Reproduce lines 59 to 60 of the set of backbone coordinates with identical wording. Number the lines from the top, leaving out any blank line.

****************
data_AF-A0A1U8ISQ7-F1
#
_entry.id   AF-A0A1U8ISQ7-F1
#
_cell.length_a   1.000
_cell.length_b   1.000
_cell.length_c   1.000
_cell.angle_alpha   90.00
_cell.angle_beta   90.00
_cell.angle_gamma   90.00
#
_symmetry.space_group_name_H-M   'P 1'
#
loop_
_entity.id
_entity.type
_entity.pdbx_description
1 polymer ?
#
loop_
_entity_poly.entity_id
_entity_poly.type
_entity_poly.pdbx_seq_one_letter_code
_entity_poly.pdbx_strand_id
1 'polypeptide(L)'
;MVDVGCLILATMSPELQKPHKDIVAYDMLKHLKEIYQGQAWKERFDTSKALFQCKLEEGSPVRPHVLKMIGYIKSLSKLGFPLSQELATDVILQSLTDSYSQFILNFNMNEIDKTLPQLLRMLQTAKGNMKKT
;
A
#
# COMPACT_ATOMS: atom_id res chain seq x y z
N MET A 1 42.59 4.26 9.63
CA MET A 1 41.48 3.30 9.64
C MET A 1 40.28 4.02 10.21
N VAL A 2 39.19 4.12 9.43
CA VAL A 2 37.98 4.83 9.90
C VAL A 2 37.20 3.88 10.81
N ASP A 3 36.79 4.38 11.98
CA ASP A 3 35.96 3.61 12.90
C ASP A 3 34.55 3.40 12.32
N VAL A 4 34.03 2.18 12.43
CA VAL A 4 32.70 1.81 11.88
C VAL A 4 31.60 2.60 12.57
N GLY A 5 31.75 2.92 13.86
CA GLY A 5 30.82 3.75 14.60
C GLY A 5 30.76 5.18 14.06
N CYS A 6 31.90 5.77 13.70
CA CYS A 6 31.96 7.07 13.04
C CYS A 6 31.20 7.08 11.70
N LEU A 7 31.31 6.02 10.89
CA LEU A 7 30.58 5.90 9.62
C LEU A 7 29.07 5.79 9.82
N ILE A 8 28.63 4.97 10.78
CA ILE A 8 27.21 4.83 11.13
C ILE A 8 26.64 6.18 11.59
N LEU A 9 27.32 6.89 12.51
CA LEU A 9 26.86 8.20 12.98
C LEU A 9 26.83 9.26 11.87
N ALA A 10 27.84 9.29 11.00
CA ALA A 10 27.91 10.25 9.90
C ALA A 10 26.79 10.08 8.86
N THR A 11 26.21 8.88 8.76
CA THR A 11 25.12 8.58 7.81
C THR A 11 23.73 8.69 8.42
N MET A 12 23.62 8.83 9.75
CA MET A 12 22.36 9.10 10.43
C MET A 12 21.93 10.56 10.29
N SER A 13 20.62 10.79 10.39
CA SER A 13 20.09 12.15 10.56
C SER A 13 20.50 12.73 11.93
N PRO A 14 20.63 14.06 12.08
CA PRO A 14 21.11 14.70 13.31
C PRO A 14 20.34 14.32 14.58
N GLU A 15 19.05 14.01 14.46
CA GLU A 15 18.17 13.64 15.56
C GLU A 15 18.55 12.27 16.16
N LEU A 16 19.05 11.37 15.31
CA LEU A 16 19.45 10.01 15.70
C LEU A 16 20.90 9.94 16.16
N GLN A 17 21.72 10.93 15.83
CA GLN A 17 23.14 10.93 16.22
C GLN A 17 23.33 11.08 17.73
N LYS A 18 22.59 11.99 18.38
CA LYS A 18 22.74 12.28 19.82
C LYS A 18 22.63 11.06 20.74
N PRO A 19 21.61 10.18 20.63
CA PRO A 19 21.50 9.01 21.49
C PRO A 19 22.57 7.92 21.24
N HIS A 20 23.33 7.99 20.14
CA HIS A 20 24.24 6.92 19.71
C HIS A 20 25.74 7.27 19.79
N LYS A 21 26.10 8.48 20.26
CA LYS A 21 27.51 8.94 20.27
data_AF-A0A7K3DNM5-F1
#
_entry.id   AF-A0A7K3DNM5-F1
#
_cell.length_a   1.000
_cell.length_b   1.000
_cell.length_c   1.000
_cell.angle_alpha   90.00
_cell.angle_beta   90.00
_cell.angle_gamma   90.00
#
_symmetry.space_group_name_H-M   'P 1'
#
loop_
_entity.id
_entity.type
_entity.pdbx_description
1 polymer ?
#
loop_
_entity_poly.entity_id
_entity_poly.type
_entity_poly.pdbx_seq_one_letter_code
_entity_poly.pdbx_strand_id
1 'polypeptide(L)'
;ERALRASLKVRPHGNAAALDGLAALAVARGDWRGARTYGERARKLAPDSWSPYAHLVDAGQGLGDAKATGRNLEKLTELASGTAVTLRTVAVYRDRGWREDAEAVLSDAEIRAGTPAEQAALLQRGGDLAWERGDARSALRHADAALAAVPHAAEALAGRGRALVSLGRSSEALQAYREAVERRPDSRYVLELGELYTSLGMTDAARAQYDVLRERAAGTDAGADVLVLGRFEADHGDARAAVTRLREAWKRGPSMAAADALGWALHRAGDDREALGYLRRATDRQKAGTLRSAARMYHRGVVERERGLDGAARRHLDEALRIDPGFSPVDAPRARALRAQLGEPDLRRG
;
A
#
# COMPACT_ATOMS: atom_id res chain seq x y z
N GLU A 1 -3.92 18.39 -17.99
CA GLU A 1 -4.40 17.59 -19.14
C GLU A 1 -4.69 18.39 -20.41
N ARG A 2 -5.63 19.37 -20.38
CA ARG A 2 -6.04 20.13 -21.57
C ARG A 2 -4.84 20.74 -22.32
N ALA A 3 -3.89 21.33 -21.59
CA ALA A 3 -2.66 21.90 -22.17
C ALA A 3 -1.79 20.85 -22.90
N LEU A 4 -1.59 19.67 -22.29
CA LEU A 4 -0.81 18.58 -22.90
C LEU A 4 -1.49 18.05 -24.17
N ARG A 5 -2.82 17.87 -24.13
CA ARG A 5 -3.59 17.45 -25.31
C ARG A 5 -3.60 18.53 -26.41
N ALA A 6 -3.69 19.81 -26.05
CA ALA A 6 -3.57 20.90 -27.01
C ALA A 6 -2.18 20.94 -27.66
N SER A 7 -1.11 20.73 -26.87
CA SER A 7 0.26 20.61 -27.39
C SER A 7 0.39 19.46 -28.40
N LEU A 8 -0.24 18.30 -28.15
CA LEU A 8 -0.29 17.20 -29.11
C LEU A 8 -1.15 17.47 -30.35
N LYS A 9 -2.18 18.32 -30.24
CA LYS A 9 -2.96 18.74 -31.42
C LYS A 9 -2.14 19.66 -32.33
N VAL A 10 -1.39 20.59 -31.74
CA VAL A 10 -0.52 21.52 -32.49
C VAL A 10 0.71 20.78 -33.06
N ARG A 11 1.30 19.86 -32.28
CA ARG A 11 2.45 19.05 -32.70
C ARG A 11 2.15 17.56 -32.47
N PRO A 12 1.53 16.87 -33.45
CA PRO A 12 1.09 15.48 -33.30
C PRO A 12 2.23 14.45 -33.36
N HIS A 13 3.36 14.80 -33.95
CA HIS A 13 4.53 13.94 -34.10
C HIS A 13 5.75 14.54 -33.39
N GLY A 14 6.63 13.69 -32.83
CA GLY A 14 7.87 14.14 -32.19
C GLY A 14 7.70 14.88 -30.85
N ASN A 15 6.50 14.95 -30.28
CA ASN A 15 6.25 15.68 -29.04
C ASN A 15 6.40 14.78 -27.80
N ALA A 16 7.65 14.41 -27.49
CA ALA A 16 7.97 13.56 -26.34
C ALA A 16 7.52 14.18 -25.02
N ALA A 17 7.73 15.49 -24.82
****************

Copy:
CA ALA A 10 27.91 10.25 9.90
C ALA A 10 26.79 10.08 8.86